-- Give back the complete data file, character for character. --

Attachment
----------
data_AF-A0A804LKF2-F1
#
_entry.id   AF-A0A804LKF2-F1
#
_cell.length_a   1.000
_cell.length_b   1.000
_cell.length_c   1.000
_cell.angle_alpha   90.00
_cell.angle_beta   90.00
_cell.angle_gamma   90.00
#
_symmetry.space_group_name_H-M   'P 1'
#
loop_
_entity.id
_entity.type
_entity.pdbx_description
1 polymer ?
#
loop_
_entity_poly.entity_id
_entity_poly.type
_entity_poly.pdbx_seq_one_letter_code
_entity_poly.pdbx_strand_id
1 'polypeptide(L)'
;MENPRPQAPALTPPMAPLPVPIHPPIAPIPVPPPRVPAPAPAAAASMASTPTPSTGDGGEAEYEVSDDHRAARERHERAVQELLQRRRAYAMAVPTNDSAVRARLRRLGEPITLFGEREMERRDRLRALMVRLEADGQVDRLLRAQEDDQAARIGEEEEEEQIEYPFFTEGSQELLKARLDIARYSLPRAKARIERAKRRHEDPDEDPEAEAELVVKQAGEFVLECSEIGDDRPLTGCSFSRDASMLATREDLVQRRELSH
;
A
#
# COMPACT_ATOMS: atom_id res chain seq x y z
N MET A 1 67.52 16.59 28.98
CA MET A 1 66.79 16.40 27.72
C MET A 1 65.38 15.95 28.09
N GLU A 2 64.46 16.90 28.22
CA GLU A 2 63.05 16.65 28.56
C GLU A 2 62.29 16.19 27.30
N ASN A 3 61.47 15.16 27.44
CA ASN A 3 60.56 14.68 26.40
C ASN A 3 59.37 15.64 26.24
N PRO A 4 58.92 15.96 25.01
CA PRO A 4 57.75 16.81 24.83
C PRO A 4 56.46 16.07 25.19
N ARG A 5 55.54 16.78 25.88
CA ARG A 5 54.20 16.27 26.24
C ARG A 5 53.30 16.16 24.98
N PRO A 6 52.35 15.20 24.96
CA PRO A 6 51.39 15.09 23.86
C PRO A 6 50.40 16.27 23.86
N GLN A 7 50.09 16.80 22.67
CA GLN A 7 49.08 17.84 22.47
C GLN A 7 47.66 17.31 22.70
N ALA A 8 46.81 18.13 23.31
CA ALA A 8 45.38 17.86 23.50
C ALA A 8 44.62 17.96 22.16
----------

data_AF-A0A804LKF2-F1
#
_entry.id   AF-A0A804LKF2-F1
#
_cell.length_a   1.000
_cell.length_b   1.000
_cell.length_c   1.000
_cell.angle_alpha   90.00
_cell.angle_beta   90.00
_cell.angle_gamma   90.00
#
_symmetry.space_group_name_H-M   'P 1'
#
loop_
_entity.id
_entity.type
_entity.pdbx_description
1 polymer ?
#
loop_
_entity_poly.entity_id
_entity_poly.type
_entity_poly.pdbx_seq_one_letter_code
_entity_poly.pdbx_strand_id
1 'polypeptide(L)'
;MENPRPQAPALTPPMAPLPVPIHPPIAPIPVPPPRVPAPAPAAAASMASTPTPSTGDGGEAEYEVSDDHRAARERHERAVQELLQRRRAYAMAVPTNDSAVRARLRRLGEPITLFGEREMERRDRLRALMVRLEADGQVDRLLRAQEDDQAARIGEEEEEEQIEYPFFTEGSQELLKARLDIARYSLPRAKARIERAKRRHEDPDEDPEAEAELVVKQAGEFVLECSEIGDDRPLTGCSFSRDASMLATREDLVQRRELSH
;
A
#
# COMPACT_ATOMS: atom_id res chain seq x y z
N MET A 1 67.52 16.59 28.98
CA MET A 1 66.79 16.40 27.72
C MET A 1 65.38 15.95 28.09
N GLU A 2 64.46 16.90 28.22
CA GLU A 2 63.05 16.65 28.56
C GLU A 2 62.29 16.19 27.30
N ASN A 3 61.47 15.16 27.44
CA ASN A 3 60.56 14.68 26.40
C ASN A 3 59.37 15.64 26.24
N PRO A 4 58.92 15.96 25.01
CA PRO A 4 57.75 16.81 24.83
C PRO A 4 56.46 16.07 25.19
N ARG A 5 55.54 16.78 25.88
CA ARG A 5 54.20 16.27 26.24
C ARG A 5 53.30 16.16 24.98
N PRO A 6 52.35 15.20 24.96
CA PRO A 6 51.39 15.09 23.86
C PRO A 6 50.40 16.27 23.86
N GLN A 7 50.09 16.80 22.67
CA GLN A 7 49.08 17.84 22.47
C GLN A 7 47.66 17.31 22.70
N ALA A 8 46.81 18.13 23.31
CA ALA A 8 45.38 17.86 23.50
C ALA A 8 44.62 17.96 22.16